But My Chains

But my loyalty
       points—my purchasing
       power. Nothing.

But my economies
       of scale, my digital
       compression :: companionship.

But my all-
       loneliness, my rail-
       rapid integration.

But my market-
       driven love
       handles, my accrued

But my taste
       in artisanal

But my choice
       of protein, of pit-baked
       avarice, of indulgences.
       [CHURCH collects
       as does CAESAR.]

But my supply
       side floods, my O’
       so buoyant home
       staked and sandbagged
       on striving’s pebbly shore.

But my internal
       combustion, my miles,
       my carcinogenic
       Kingdom Come. Nothing.

But my fast casual
       history—every morsel
       wrapped in a bank
       notes’ blood-sketched

But my user-friendly
       righteousness, my Gross
       Domestic Amnesia.
       In place of the old wants …
       we finds new wants.

But my comfort,
       my tariffed aches,
       my engorged
       prerogatives. I made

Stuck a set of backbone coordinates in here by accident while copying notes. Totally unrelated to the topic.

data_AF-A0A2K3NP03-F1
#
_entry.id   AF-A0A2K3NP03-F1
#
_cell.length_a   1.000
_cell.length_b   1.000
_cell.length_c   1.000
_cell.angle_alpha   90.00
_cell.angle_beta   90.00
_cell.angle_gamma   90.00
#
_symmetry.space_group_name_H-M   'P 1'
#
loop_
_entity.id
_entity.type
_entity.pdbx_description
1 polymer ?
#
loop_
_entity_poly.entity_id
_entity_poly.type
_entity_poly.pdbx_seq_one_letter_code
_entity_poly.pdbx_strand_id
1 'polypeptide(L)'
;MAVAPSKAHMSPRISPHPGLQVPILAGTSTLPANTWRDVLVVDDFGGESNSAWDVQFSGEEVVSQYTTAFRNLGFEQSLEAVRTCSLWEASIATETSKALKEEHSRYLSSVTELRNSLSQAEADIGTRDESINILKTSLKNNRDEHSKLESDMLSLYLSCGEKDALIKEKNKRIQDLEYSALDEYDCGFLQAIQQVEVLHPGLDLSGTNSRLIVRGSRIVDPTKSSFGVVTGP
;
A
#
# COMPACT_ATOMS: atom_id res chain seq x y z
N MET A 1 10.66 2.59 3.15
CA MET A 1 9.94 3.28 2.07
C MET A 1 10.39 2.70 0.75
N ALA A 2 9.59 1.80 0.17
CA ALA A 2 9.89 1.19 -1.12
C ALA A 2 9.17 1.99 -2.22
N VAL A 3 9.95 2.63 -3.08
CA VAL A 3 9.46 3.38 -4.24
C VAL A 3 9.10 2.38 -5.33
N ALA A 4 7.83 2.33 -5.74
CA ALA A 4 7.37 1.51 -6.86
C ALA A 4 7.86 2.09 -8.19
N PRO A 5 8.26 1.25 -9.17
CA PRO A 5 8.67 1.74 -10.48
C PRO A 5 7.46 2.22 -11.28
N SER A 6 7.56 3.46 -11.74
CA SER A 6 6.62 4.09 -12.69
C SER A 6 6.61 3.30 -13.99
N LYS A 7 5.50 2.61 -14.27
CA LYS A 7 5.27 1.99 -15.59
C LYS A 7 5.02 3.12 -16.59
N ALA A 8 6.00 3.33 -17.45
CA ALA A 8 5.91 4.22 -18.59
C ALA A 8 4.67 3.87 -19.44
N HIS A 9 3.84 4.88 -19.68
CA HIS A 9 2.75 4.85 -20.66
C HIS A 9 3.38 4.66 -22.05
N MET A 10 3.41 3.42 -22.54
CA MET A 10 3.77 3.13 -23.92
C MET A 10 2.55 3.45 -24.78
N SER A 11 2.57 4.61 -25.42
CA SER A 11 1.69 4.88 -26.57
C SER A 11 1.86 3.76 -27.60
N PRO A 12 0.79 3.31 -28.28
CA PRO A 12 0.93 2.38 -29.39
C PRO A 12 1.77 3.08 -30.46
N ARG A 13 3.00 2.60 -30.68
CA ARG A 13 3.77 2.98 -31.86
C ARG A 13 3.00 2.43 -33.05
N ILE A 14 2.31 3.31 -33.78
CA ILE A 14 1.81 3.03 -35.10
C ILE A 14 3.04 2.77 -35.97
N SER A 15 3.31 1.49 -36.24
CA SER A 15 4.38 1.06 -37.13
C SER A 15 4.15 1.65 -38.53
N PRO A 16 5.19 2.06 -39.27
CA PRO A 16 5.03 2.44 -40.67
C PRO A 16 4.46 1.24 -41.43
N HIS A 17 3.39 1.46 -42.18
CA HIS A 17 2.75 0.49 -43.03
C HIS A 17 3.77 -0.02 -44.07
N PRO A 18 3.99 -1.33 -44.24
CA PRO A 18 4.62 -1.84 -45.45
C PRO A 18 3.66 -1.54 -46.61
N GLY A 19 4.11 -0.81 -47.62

this money,
       you didn’t. Right, Ted?

But my ability to believe
       that what I’ve paid for,
       I have made. Nothing

       to lose, except ownership
       of this wallet-sized tomb—
       these six crisp walls.


Copyright © 2018 by Kyle Dargan. Originally published in Poem-a-Day on August 24, 2018, by the Academy of American Poets.

About this Poem

“When Terrance Hayes was in Washington, D.C. recently reading from American Sonnets for My Past and Future Assassin, I was talking with him about how American poets—or even just any/many of us here—are using repetition (refrain, anaphora, epistrophe) as a means of coping with (or penetrating) the chaos and media assault of our times. I think this poem may reflect that aesthetically. Conceptually, the poem is an artistic byproduct of my current pining for an actual anti-capitalist, anti-consumerist existence (the title and refrain here being adapted from the closing of the Communist Manifesto). Figuratively and literally, how different, disorienting, or necessarily painful would that life be compared to my now? (Or not?) No answers here—not that I write poems to ‘answer’—but challenges to some popular and personal assumptions.”
—Kyle Dargan